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Catch a Falling Star

August 1, 2001
by root
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Isabella Geriatric Center created a team program and handy new form to reduce resident falls by Yaffa Ungar, PT
The Isabella Geriatric Center has mounted a multifaceted attack on resident falls
BY YAFFA UNGAR, PT The staff at Isabella Geriatric Center has always been strongly committed to the reduction of falls among our residents. We strive to provide a safe environment while continuing with our successful efforts to remain "restraint-free." A specialized Fall Prevention Committee was formally established in 1997, whose mission is the reduction of falls through a systematic, multidisciplinary team approach. Members of the committee include representatives from nursing, administration, medicine, rehabilitation, security, maintenance, environmental services and pharmacy. A very successful "falling star" identification program was initiated in 1997 to identify those residents at high risk for falls. A colorful "falling star" sticker is placed over the bed and on the side of the wheelchair and/or assistive device of any resident identified by the interdisciplinary team as high risk. This program serves as an alert to all staff, including clinical (medical, nursing, rehabilitation, dietary and social service) as well as housekeeping, laundry, maintenance and clerical staff. The colorful star is a signal to observe the resident closely and to intervene if the resident displays any unsafe behaviors (e.g., getting up from his/her wheelchair without the necessary assist). All staff are regularly in-serviced on this program on a departmental level and during the semi-annual facility-wide mandatory education programs.The environmental services and maintenance departments continue with their weekly rounds to ensure environmental safety. These rounds ensure that there is proper lighting throughout the facility, that the beds are in good working condition (including the brakes), that there are no water-spillage problems, and that all the flooring, baseboards and handrails are secure and intact. Early on, the floor wax was changed to a slip-resistant product.

Most recently, the members of the Fall Prevention Committee custom-designed a fall risk assessment tool with associated protocols tailored to our geriatric population (Figure). This tool lists 12 major fall risk factors, with a point value assigned to each factor. If the total score is between 3 and 7 points, Fall Prevention Protocol I is initiated (Table 1). If the score ranges between 8 and 16, the more aggressive Fall Prevention Protocol II begins (Table 2). If five falls occur within 60 days, a special team meeting is scheduled. This fall risk assessment tool is applied by the nurse to all admissions and readmissions and upon a resident's fall. Our interdisciplinary team has reported that the tool heightens its awareness to the level of fall risk. The carefully designed protocols delineate many interventions available for fall prevention. Protocol I includes such choices as reinforcing use of the call bell, adjusting the bed to its lowest position, rehabilitation screens, medication reviews, and education of resident and family.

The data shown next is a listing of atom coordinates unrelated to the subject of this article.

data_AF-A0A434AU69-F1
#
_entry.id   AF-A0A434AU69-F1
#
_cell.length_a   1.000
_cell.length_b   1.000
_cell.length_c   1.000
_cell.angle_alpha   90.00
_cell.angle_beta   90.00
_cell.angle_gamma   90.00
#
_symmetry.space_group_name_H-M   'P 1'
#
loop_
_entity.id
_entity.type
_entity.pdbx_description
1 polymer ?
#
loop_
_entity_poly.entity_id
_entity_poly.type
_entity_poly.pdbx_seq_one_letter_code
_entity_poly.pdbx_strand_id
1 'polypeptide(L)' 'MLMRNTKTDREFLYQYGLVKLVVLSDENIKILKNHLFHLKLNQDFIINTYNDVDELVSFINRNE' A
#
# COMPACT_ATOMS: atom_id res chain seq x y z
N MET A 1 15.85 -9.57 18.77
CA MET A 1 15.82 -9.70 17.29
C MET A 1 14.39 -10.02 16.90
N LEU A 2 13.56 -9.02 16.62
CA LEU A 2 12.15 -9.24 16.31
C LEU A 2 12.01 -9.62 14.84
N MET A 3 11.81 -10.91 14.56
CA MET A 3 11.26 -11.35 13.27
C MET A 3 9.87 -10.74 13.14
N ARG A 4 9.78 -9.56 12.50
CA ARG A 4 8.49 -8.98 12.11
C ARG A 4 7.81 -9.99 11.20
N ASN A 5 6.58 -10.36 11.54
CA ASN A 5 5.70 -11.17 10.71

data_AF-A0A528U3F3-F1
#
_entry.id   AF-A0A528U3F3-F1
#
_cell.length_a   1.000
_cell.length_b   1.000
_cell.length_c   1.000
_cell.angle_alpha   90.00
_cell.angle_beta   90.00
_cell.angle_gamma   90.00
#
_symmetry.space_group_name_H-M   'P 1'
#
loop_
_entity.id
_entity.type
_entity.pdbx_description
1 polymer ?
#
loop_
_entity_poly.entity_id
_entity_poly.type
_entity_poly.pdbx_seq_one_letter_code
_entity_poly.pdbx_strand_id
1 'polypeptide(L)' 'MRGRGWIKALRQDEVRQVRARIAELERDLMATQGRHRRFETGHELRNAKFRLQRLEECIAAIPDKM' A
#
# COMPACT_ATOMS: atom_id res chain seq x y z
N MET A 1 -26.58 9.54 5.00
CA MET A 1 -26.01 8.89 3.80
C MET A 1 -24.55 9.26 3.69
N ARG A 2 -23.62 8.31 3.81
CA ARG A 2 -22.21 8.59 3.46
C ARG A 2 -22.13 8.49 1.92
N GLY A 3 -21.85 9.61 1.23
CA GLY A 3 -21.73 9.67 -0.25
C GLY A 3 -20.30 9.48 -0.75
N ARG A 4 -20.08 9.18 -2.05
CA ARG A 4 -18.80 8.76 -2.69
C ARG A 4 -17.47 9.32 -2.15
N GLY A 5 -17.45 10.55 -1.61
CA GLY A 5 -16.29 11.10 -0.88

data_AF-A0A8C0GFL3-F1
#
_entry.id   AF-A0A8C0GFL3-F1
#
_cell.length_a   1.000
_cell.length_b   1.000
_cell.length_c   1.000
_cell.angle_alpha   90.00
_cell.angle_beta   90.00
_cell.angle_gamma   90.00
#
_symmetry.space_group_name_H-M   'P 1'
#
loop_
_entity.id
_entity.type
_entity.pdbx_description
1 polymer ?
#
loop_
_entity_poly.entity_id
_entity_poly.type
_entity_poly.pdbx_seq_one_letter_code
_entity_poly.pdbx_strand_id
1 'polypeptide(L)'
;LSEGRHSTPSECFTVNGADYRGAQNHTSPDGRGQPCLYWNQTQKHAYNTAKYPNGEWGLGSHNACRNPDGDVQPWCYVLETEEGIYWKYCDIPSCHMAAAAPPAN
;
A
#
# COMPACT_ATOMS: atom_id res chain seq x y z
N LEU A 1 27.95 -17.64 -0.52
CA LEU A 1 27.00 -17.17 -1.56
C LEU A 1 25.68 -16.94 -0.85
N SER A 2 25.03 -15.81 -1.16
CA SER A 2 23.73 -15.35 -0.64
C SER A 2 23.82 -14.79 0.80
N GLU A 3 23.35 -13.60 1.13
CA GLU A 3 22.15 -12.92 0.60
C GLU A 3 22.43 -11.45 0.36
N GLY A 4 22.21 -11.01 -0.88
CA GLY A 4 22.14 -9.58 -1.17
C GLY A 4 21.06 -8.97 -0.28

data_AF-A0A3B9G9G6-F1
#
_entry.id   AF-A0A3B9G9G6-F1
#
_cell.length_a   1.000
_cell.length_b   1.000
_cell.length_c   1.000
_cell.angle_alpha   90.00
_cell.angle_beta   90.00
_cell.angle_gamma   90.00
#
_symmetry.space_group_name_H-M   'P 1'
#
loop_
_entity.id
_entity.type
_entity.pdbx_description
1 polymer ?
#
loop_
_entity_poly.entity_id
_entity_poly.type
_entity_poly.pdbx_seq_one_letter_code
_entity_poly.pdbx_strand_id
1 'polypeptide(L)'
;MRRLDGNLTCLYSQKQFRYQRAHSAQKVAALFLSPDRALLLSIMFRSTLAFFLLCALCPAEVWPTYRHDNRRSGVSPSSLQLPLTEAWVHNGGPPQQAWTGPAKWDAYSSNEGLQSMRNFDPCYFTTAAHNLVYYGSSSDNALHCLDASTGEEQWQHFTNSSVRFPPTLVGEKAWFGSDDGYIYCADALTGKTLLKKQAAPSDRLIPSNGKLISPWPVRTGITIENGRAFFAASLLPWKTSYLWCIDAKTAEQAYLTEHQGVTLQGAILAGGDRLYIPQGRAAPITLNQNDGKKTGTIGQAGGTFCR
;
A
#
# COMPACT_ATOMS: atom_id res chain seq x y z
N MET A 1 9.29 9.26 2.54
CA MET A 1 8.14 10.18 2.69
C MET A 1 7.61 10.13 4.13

Protocol II interventions include initiation of falling star identification, use of chair and/or bed alarms, use of low beds, wheelchair seating alternatives, use of protective equipment (helmet, hip pads), half-hourly resident checks and room changes. Any intervention is implemented immediately and documented in the resident care plan. Isabella's management information services (MIS) department helped with the design of a specialized database for the collection of all accident/incident data, including falls. This database assists staff in identifying any trends regarding falls. Parameters that are tracked include:

'time of fall/shift
'location of fall/unit
'location and type of any resulting injury
'treatments administered and referrals made
Table 1. Fall Prevention Protocol I.

  1. Fequently reorient and repetitively reinforce use of call bell and ensure it is within reach.

  2. Reassess for a clutter-free, well-lit environment.

  3. Consider adjusting bed to its loweest position.

  4. Reinforce use of assistive devices, if used.

  5. Reassess for safe footwear.

  6. Monitor use of eyeglasses and hearing aid, if applicable.

  7. Consider rehabilitation screen, if appropriate.

  8. Institute bowel/bladder routine program, as appropriate.

  9. Conduct a medication review.

  10. Evaluate the need for an adjustment in resident's daily activity schedule.

  11. Educate resident's family/significant other regarding these interventions and encourage family assistance and support.

Table 2. Fall Prevention Protocol II.

  1. Initiate falling star identification.

  2. Implement chair or bed alarm, as appropriate.

  3. Implement low bed, as apropriate.

  4. Implement wheelchair seating alternatives (wedge cushion, reclining chaire; contact OT Dept.), as needed.

  5. Implement use of protective equipment (helmets, hip pads), as indicated.

  6. Initiate half-hour/hourly checks and/or placement of resident at nursing station, as needed.

  7. Consider room change.

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